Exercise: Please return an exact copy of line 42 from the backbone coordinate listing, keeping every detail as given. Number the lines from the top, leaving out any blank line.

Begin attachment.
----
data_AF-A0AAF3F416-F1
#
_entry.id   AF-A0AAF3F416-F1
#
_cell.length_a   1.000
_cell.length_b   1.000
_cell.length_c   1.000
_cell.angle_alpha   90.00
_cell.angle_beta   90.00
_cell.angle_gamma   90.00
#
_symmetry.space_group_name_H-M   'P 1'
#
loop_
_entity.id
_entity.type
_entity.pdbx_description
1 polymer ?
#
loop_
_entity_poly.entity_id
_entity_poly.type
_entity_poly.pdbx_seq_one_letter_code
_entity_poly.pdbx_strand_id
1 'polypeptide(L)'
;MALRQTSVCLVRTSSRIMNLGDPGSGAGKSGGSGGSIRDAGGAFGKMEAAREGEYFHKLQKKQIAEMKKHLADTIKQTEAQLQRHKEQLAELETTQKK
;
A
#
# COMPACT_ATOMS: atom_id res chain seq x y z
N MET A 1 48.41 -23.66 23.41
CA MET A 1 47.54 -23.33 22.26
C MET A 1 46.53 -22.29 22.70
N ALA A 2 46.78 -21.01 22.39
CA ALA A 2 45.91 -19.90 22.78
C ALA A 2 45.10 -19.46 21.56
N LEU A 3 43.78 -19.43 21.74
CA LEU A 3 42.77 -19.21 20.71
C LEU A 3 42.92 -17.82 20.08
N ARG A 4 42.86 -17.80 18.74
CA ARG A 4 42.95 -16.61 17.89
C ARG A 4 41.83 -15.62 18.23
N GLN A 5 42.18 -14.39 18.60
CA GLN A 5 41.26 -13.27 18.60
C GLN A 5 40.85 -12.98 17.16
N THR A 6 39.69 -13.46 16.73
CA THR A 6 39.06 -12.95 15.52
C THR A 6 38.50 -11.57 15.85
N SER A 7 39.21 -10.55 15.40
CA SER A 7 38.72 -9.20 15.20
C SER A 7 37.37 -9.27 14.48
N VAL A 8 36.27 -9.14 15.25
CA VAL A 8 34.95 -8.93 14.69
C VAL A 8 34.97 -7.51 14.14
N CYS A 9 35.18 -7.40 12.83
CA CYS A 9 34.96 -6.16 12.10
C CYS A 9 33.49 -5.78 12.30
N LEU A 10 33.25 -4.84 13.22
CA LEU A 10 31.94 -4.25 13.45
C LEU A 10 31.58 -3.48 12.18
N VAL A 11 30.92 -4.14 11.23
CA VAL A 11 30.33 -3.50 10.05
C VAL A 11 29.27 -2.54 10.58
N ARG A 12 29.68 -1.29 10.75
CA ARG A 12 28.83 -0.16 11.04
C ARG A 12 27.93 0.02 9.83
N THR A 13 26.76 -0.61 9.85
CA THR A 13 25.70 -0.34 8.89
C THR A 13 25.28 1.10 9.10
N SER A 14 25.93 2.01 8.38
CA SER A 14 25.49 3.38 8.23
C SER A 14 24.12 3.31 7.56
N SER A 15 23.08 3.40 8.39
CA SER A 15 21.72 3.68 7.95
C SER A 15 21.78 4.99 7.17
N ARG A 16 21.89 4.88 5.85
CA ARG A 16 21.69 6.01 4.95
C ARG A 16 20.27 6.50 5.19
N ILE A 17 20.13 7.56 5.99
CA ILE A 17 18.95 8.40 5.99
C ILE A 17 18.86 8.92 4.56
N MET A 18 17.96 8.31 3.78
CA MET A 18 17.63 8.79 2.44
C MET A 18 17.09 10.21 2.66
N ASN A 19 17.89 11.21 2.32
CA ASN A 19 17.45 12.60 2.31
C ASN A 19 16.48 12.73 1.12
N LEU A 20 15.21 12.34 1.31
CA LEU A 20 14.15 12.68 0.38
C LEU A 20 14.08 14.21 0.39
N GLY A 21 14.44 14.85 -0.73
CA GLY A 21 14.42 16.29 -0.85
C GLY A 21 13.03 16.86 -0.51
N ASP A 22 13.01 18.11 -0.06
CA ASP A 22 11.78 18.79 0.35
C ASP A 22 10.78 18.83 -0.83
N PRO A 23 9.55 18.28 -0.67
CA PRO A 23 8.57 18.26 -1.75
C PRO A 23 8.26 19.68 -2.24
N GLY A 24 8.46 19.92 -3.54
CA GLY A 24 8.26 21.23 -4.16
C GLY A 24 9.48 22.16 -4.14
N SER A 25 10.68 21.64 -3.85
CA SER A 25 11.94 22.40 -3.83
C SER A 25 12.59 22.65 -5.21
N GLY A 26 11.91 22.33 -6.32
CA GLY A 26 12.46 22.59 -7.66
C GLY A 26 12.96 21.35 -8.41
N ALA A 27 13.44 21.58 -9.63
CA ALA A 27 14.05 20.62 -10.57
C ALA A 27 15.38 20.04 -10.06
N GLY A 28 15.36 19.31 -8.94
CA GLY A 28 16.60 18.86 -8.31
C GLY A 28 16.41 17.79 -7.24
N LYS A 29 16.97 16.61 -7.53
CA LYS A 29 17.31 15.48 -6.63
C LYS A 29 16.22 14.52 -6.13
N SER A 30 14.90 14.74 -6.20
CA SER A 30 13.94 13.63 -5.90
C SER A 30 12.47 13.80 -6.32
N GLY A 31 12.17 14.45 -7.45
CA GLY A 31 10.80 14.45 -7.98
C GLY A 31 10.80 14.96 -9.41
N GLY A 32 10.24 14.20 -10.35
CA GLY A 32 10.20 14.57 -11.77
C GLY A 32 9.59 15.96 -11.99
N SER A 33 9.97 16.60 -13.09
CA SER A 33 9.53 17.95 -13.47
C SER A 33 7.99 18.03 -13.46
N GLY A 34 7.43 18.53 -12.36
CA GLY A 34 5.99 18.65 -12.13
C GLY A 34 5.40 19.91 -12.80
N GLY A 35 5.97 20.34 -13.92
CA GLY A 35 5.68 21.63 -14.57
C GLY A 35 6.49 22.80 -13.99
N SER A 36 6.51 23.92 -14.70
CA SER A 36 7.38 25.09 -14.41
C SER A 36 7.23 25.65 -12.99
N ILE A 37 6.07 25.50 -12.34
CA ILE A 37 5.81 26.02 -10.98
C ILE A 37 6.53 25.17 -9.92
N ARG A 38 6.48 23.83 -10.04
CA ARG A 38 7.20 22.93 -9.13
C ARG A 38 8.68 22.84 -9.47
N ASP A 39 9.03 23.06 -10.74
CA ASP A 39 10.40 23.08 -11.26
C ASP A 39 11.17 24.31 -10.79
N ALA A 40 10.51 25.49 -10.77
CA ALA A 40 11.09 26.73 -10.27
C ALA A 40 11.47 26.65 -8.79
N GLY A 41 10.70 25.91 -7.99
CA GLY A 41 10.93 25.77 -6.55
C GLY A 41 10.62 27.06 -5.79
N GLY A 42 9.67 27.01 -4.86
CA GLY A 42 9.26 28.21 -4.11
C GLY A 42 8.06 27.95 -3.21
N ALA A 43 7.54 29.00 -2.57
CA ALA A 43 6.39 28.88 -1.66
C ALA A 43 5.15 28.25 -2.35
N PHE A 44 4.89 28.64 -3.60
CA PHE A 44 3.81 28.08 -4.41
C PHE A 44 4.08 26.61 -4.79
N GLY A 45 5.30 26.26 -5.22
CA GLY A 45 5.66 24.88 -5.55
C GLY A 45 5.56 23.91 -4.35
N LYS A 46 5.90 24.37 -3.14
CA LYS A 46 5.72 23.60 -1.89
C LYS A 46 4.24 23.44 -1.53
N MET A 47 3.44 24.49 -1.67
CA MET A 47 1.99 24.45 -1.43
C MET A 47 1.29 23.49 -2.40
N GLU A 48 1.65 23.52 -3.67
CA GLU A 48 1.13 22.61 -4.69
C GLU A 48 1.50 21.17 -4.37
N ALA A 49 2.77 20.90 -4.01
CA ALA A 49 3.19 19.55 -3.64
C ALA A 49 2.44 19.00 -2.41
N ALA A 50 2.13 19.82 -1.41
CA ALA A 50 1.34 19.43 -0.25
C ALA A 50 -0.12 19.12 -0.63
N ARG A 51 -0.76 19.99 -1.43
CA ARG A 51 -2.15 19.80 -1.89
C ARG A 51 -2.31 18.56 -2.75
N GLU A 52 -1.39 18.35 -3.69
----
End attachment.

C ARG A 4 41.83 -15.62 18.23